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Childhood anemia and vitamin a deficiency in rural Bangladesh.

Abstract

The study aimed to assess the prevalence of anemia and vitamin A deficiency in preschool children in rural Bangladesh. A cross-sectional study was done on eight randomly-selected sub-districts of rural Bangladesh. Children (n=1,302) aged 2-6 years were studied. Families of 43% of the study participants had a monthly household expenditure of US$ 60 or less. Fifty-six percent of the children were underweight, and 17% were severely underweight; 18% were wasted, and 1% were severely wasted; and 45% were stunted while 20% were severely stunted. The mean+/-SD serum retinol of the children was1.0+/-0.4 micromol/l, and 3% of them had serum retinol levels of <0.35 micromol/l, about one-fifth (20%) had a serum retinol level of <0.70 micromol/l and 55% had serum retinol levels of <1.05 pmol/l. The mean hemoglobin concentration of the children was 110+/-11 g/l, and 48% had a Hb of <11 g/l signifying anemia in this age group. Thirty-one percent (31 %) of children had low serum ferritin (<12 microg/l), and 14% had elevated CRP (> or = 15 mg/l) indicating the presence of a sub-clinical infection. Male and female children had similar nutritional status and biochemical profiles although boys tended to be heavier than girls (p=0.013). The proportion of children with anemia and iron deficiency anemia (IDA) declined significantly (p<0.001) with advancing age. Five percent of the study children had IDA and concomitant low serum retinol. The proportion of children with IDA and serum retinol also declined significantly with increasing age from 8% in children aged 35 months or younger, to 3% in children aged 60 months and more (p=0.025). Results of our study clearly demonstrated the public health importance of anemia and vitamin A deficiency among children of rural Bangladesh.

Authors+Show Affiliations

ICDDR,B: Center for Health and Population Research, Dhaka, Bangladesh. gfaruque@icddrb.orgNo affiliation info availableNo affiliation info availableNo affiliation info availableNo affiliation info availableNo affiliation info availableNo affiliation info availableNo affiliation info available

Pub Type(s)

Journal Article

Language

eng

PubMed ID

17121305

Citation

Faruque, Abu S G., et al. "Childhood Anemia and Vitamin a Deficiency in Rural Bangladesh." The Southeast Asian Journal of Tropical Medicine and Public Health, vol. 37, no. 4, 2006, pp. 771-7.
Faruque AS, Khan AI, Malek MA, et al. Childhood anemia and vitamin a deficiency in rural Bangladesh. Southeast Asian J Trop Med Public Health. 2006;37(4):771-7.
Faruque, A. S., Khan, A. I., Malek, M. A., Huq, S., Wahed, M. A., Salam, M. A., Fuchs, G. J., & Khaled, M. A. (2006). Childhood anemia and vitamin a deficiency in rural Bangladesh. The Southeast Asian Journal of Tropical Medicine and Public Health, 37(4), 771-7.
Faruque AS, et al. Childhood Anemia and Vitamin a Deficiency in Rural Bangladesh. Southeast Asian J Trop Med Public Health. 2006;37(4):771-7. PubMed PMID: 17121305.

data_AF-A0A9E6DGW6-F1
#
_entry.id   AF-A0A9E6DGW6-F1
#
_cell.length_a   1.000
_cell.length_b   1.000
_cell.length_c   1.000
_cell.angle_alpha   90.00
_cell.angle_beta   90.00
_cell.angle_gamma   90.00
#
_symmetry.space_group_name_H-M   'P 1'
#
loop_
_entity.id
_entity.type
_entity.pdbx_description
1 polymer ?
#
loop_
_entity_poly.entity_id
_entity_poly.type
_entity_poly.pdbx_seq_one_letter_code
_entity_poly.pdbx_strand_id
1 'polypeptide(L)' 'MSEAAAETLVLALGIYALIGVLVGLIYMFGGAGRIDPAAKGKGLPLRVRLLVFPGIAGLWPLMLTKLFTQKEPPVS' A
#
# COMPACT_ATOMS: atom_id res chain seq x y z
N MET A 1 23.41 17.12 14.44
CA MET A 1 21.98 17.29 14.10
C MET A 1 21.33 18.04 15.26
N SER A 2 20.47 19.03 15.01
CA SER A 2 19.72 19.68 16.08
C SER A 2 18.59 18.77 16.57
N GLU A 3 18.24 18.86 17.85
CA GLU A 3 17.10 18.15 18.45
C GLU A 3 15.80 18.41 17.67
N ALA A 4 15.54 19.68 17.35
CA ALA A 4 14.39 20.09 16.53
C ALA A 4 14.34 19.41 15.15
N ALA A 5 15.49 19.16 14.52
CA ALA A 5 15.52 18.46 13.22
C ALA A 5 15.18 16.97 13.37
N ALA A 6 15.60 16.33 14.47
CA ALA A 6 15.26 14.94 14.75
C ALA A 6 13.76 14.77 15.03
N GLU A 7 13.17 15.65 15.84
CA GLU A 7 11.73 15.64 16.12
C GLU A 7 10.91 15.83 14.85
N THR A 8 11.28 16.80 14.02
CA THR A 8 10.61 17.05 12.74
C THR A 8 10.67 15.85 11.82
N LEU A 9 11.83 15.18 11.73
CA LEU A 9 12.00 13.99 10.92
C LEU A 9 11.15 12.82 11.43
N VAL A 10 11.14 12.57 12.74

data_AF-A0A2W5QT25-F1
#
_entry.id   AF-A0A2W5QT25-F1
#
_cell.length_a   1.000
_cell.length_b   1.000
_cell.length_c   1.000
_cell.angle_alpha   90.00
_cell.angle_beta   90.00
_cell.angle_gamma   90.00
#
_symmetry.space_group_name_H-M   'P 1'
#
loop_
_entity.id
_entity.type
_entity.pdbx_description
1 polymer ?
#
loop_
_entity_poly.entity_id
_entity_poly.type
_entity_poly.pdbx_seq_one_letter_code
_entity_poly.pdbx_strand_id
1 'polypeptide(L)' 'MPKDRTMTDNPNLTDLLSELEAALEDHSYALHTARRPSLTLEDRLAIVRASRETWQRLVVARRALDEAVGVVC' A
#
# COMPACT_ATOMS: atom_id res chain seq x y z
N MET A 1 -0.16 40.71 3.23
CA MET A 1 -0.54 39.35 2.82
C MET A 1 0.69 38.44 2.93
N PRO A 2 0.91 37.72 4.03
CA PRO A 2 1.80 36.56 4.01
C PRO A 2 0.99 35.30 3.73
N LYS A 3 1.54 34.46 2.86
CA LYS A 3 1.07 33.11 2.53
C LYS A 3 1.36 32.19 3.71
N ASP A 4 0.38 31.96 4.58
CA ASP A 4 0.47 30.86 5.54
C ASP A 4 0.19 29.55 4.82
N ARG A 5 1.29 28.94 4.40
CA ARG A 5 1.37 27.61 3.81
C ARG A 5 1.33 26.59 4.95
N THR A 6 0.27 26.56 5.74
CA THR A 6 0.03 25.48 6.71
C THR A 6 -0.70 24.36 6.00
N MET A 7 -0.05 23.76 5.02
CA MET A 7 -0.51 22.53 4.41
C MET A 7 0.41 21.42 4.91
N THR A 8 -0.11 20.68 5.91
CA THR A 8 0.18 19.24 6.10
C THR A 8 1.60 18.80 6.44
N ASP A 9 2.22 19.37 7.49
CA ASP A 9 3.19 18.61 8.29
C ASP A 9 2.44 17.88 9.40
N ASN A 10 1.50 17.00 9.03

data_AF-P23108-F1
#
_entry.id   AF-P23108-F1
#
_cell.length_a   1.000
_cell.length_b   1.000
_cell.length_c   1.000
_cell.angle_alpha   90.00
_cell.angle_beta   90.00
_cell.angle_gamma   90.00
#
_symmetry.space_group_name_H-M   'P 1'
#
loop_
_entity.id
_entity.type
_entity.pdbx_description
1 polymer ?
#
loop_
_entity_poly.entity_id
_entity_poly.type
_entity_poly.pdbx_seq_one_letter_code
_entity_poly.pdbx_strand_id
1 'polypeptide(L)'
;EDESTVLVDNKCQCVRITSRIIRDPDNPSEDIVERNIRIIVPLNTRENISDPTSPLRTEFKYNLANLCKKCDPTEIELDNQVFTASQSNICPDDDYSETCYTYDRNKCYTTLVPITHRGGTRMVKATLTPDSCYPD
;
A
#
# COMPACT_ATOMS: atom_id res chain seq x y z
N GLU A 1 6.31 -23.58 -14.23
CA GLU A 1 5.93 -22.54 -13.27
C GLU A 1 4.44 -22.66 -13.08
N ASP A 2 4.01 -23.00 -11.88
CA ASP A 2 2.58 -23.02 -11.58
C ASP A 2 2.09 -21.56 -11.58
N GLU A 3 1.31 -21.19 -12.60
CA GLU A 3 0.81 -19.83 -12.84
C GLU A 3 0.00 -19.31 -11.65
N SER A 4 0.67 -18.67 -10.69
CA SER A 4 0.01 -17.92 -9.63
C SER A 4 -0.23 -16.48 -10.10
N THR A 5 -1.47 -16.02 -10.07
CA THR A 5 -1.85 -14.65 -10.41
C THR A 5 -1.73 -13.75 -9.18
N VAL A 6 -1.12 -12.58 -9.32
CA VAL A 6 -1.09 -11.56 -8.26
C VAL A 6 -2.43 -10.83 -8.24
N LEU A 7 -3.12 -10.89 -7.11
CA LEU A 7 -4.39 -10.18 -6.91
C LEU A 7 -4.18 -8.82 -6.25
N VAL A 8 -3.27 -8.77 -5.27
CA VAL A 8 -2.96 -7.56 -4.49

* Article titles in AMA citation format should be in sentence-case
TY - JOUR T1 - Childhood anemia and vitamin a deficiency in rural Bangladesh. AU - Faruque,Abu S G, AU - Khan,Ashraful I, AU - Malek,Mohammed A, AU - Huq,Sayeeda, AU - Wahed,Mohammed A, AU - Salam,Mohammed A, AU - Fuchs,George J, AU - Khaled,Mohammed A, PY - 2006/11/24/pubmed PY - 2007/2/28/medline PY - 2006/11/24/entrez SP - 771 EP - 7 JF - The Southeast Asian journal of tropical medicine and public health JO - Southeast Asian J. Trop. Med. Public Health VL - 37 IS - 4 N2 - The study aimed to assess the prevalence of anemia and vitamin A deficiency in preschool children in rural Bangladesh. A cross-sectional study was done on eight randomly-selected sub-districts of rural Bangladesh. Children (n=1,302) aged 2-6 years were studied. Families of 43% of the study participants had a monthly household expenditure of US$ 60 or less. Fifty-six percent of the children were underweight, and 17% were severely underweight; 18% were wasted, and 1% were severely wasted; and 45% were stunted while 20% were severely stunted. The mean+/-SD serum retinol of the children was1.0+/-0.4 micromol/l, and 3% of them had serum retinol levels of <0.35 micromol/l, about one-fifth (20%) had a serum retinol level of <0.70 micromol/l and 55% had serum retinol levels of <1.05 pmol/l. The mean hemoglobin concentration of the children was 110+/-11 g/l, and 48% had a Hb of <11 g/l signifying anemia in this age group. Thirty-one percent (31 %) of children had low serum ferritin (<12 microg/l), and 14% had elevated CRP (> or = 15 mg/l) indicating the presence of a sub-clinical infection. Male and female children had similar nutritional status and biochemical profiles although boys tended to be heavier than girls (p=0.013). The proportion of children with anemia and iron deficiency anemia (IDA) declined significantly (p<0.001) with advancing age. Five percent of the study children had IDA and concomitant low serum retinol. The proportion of children with IDA and serum retinol also declined significantly with increasing age from 8% in children aged 35 months or younger, to 3% in children aged 60 months and more (p=0.025). Results of our study clearly demonstrated the public health importance of anemia and vitamin A deficiency among children of rural Bangladesh. SN - 0125-1562 UR - https://www.unboundmedicine.com/medline/citation/17121305/Childhood_anemia_and_vitamin_a_deficiency_in_rural_Bangladesh_ L2 - http://www.diseaseinfosearch.org/result/441 DB - PRIME DP - Unbound Medicine ER -